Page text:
We then followed this road for about another 3km.
The turnoff leading up to the Caihong Waterfall or Rainbow Falls was on the narrow street to our left.
If driving narrow and steep single-lane roads doesn’t sound appealing, then you can find parking in town within walking distance from this turnoff.
The drive from Shuili to here took us about an hour.
However, if you’re ok with continuing the drive to shorten the hike, read on.
Driving from Dongbu Hot Springs to one of the upper car parks
So once we were on the narrow turnoff, we kept right at the immediate fork to start the steep and narrow climb.
Given that the inclines were on the order of 15-20% grade, I’d recommend driving in low gear with the AC turned off.
After another 100m, we turned left and continued the climb.
Note that there were already a few car parks along this stretch.
Anyways, we then drove an additional 600m before finally parking in a small lot near some buildings.
This was probably as high as vehicles could go (maybe scooters might still go higher if the roads were open).
To me, the scary thing about the last 750m stretch wasn’t so much the steep incline (though it could be nerve-wracking), but it was more so the single-lane nature of the road.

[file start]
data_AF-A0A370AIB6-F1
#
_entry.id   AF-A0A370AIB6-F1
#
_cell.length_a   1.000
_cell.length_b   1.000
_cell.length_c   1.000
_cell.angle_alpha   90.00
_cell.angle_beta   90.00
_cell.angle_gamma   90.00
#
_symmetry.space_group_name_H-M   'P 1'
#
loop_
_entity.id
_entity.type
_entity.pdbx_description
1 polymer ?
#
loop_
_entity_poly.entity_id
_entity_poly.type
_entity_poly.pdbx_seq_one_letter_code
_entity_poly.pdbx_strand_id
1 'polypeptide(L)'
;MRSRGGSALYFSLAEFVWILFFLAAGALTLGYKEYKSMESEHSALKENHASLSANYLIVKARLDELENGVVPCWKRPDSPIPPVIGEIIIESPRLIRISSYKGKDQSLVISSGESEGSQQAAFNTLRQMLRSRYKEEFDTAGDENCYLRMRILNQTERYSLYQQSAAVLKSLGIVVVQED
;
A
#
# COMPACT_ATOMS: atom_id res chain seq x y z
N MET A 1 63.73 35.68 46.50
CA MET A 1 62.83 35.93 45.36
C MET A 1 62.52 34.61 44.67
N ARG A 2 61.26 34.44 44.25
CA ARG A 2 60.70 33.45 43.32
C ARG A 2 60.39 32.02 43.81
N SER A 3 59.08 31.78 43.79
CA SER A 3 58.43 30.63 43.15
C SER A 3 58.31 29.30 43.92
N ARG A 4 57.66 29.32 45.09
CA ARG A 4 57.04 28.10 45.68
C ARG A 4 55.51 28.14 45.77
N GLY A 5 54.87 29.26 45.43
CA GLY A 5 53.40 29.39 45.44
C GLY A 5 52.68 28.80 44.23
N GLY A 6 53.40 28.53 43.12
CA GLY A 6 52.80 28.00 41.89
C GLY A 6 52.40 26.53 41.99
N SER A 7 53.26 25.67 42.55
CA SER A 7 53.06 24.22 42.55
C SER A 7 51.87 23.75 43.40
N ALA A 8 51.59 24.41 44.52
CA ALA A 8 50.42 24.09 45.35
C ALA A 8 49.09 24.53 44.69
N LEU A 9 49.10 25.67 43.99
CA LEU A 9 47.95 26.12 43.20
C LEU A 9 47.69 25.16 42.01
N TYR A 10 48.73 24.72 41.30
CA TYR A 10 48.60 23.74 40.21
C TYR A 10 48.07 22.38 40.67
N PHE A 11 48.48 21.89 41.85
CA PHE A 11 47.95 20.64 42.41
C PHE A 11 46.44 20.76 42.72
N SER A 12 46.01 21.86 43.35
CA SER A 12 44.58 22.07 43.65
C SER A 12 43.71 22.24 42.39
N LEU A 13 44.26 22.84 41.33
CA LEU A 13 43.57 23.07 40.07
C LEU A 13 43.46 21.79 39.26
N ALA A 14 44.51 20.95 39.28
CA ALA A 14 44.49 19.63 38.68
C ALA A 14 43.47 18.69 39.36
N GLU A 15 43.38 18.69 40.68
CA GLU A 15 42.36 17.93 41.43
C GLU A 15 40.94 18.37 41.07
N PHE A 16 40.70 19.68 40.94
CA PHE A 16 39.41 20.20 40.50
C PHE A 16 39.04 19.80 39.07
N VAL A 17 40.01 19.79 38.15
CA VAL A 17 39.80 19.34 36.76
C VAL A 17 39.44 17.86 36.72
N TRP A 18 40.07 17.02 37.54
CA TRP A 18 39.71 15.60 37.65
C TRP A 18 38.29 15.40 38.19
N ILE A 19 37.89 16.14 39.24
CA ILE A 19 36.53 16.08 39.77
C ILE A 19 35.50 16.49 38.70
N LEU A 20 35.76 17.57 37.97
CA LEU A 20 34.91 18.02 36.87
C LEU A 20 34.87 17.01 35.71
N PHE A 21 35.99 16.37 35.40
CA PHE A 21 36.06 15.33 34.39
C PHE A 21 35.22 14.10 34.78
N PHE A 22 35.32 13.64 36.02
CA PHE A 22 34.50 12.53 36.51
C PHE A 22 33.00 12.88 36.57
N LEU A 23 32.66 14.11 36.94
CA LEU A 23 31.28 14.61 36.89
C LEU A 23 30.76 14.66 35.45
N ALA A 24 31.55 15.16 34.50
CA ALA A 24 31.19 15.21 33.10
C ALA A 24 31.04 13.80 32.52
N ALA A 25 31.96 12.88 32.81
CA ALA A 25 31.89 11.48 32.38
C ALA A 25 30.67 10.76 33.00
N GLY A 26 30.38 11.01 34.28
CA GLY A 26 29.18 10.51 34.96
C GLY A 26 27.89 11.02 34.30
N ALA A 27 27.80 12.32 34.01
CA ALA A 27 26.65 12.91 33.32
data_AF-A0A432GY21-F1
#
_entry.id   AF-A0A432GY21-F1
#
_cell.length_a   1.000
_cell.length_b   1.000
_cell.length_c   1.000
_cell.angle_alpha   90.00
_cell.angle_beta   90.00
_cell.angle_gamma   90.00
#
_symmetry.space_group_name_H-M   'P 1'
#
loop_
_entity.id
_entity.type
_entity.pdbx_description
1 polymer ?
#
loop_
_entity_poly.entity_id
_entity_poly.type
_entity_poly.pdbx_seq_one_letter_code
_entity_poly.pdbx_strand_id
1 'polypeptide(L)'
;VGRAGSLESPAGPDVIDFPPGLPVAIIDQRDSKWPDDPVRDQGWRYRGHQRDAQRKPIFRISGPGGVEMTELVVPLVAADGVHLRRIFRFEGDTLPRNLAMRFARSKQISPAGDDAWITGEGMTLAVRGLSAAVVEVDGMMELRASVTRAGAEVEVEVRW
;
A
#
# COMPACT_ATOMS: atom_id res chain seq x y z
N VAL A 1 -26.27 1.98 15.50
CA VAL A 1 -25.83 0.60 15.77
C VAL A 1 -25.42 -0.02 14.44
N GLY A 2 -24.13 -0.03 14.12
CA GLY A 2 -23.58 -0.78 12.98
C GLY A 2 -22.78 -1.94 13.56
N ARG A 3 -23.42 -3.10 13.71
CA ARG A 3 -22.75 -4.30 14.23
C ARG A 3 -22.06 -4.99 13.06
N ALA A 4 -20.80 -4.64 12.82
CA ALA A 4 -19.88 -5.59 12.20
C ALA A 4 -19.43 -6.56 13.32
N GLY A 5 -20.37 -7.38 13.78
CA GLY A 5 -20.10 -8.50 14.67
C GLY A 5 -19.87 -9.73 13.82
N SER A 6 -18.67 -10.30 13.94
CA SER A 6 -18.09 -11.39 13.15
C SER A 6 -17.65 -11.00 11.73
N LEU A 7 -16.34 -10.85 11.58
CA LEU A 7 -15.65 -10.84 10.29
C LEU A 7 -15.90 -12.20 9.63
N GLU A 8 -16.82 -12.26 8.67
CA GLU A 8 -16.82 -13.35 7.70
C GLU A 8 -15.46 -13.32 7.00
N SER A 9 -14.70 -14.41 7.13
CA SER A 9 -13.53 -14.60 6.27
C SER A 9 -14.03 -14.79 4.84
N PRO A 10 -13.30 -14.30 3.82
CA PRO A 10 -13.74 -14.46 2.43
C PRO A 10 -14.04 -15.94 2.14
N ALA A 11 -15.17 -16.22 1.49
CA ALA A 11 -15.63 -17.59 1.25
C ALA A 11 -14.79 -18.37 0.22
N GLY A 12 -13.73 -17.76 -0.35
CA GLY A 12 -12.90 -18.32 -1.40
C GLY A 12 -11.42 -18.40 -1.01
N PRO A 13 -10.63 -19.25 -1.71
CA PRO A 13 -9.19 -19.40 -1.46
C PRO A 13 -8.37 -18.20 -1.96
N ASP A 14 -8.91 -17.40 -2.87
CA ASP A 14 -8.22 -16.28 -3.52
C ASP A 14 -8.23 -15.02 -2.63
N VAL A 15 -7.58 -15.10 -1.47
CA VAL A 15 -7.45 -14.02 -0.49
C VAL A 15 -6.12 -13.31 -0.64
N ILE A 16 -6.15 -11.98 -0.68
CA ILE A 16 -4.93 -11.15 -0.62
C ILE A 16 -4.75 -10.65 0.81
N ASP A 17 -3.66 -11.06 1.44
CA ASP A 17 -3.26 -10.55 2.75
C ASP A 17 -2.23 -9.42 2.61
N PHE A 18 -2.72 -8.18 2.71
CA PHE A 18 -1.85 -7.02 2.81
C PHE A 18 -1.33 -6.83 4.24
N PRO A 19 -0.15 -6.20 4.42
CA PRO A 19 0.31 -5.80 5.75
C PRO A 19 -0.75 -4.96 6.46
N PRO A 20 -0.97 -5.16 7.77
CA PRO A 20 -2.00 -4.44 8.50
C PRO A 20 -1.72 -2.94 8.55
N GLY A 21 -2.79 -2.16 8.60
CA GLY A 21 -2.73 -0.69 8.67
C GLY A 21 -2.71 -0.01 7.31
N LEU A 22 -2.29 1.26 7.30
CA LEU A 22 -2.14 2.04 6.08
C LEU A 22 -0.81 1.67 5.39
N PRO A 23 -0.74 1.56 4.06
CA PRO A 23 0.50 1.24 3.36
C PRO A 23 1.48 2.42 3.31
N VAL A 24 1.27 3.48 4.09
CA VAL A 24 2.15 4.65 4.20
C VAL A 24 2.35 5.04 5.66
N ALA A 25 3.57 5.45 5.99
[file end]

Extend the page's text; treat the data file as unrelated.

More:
That was because there were no pullouts for most of this stretch.
So if there happened to be traffic coming from the opposite direction (there wasn’t one during our visit, fortunately), then there would be no opportunities for the vehicles to pass each other.
That would mean, someone would have to be willing to back up on the narrow road.
And if you’re not skillful in backing up on such a narrow and steep road, then there could be some scrapes to the car as well as delays.
So this is the risk that we wound up taking.
However, I’d imagine it might not be a good idea if there would be more drivers here (like on a weekend).
Finally, for a little bit of geographical context, Dongpu was about 37km south of Shuili (about an hour’s drive as mentioned before) or 64km east of the Alishan National Scenic Area (at least 90 minutes drive) and 124km east of Chiayi City. Shuili was about 16km south of Sun Moon Lake National Scenic Area (under 30 minutes drive), 46km north of Shanlinhsi Forest Park (between 60-90 minutes drive), 57km southeast of Taichung (over an hour drive), and 74km northeast of Chiayi City (under 90 minutes drive). Taichung was 168km southwest of Taipei (about 2 hours drive).